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Newark to New Orleans: The Myth of the Black Sniper

Forty years have passed since the Newark riots, but not much has changed when it comes to black suffering and white fear.

| Mon Jul. 16, 2007 3:00 AM EDT

However, as the New York Times documented, these false reports had real consequences: "In the days after Hurricane Katrina, terror from crimes seen and unseen, real and rumored, gripped New Orleans. The fears changed troop deployments, delayed medical evacuations, drove police officers to quit, grounded helicopters."

A team of paramedics was barred from entering Slidell, across Lake Pontchartrain from New Orleans, for nearly 10 hours based on a state trooper's report that a mob of armed, marauding people had commandeered boats. It turned out to be two men escaping from their flooded streets, said Farol Champlin, a paramedic with the Acadian Ambulance Company.

On another occasion, the company's ambulances were locked down after word came that a firehouse in Covington had been looted by armed robbers of all its water—a report that proved totally untrue, said Aaron Labatt, another paramedic.

A contingent of National Guard troops was sent to rescue a St. Bernard Parish deputy sheriff who radioed for help, saying he was pinned down by a sniper. Accompanied by a SWAT team, the troops surrounded the area. The shots turned out to be the relief valve on a gas tank that popped open every few minutes, said Maj. Gen. Ron Mason of the 35th Infantry Division of the Kansas National Guard.

Racially tinged fears, fueled by rumor, may also have influenced suburban police to cut off one of the only escape routes from New Orleans to higher ground. A group of evacuees who had walked to a bridge leading from the city to the town of Gretna, where they had been told buses were waiting to take them to safety, instead, met a line of Gretna police armed with shotguns. One member of the group said: "We walked, probably 200 people, about a two-hour trek. We got to the top of the bridge. They stopped us with shotguns. We had people in wheelchairs, we had people in strollers, people on crutches, so we were a slow-moving group. And we didn't think anything when we saw the deputies there. Then all of a sudden we heard shooting." The mayor of Gretna later told 60 Minutes that the evacuees were turned away because Gretna lacked all services, and "you have to take care of your own population first." But he also admitted that he was affected by reports of crime and chaos in New Orleans. "So this environment of police officers being shot, citizens lying dead in the street, images of looting going on in the city of New Orleans made me realize that our community was in a crisis of far greater proportion than just of the hurricane."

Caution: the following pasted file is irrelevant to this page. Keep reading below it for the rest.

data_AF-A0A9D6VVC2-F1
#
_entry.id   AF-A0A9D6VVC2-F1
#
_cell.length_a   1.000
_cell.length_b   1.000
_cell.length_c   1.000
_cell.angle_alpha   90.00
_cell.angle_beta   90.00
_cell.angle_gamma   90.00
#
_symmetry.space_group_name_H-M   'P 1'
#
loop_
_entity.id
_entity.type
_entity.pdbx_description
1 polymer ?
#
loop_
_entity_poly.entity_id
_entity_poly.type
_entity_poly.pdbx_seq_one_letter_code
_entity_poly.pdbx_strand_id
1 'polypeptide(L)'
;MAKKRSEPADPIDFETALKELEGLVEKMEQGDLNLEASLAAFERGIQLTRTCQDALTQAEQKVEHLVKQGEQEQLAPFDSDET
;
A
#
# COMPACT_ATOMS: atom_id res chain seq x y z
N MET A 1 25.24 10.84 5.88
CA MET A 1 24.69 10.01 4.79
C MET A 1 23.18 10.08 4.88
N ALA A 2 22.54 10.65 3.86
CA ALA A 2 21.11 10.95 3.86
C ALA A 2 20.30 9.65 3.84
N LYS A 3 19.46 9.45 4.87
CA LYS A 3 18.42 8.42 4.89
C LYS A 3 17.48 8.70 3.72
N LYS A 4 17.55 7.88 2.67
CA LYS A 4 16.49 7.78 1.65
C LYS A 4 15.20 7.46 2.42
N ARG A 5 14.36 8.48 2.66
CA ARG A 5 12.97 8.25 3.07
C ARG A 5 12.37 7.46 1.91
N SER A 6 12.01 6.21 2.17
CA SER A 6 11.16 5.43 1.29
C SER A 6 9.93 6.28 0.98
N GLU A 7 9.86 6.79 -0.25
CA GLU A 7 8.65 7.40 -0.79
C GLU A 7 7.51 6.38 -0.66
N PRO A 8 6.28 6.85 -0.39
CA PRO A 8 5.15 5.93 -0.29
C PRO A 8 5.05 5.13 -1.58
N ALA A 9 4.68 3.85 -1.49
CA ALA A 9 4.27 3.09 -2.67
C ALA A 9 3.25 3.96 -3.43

New Orleans Mayor Ray Nagin, apparently believing that his city was descending into lawless chaos, redirected virtually the entire police force from rescue operations to law enforcement. "They are starting to get closer to heavily populated areas—hotels, hospitals and we're going to stop it right now," Nagin said. The National Guard went considerably further, according to a report in the Army Times:

"This place is going to look like Little Somalia," Brig. Gen. Gary Jones, commander of the Louisiana National Guard's Joint Task Force told Army Times Friday as hundreds of armed troops under his charge prepared to launch a massive citywide security mission from a staging area outside the Louisiana Superdome. "We're going to go out and take this city back. This will be a combat operation to get this city under control."

Jones said the military first needs to establish security throughout the city. Military and police officials have said there are several large areas of the city are in a full state of anarchy.

Dozens of military trucks and up-armored Humvees left the staging area just after 11 a.m. Friday, while hundreds more troops arrived at the same staging area in the city via Black Hawk and Chinook helicopters….

The amphibious assault ship Bataan… kept its helicopters at sea Thursday night after several military helicopters reported being shot at from the ground.

Numerous soldiers also told Army Times that they have been shot at by armed civilians in New Orleans....

Bob Hennelley, who has reported extensively on the legacy of the Newark riots for WNYC public radio, says: "The 1967 phantom 'negro snipers' that was used to justify dozens of civilian homicides by law enforcement 40 years ago appears to have been the rhetorical equivalent of our 'weapons of mass destruction.'" Back in 2005, the Army Times conjured that same phantom, actually referring to the chaos in New Orleans—the supposed rebellion among people who have been abandoned by the thousands to suffer and die—as "the insurgency."

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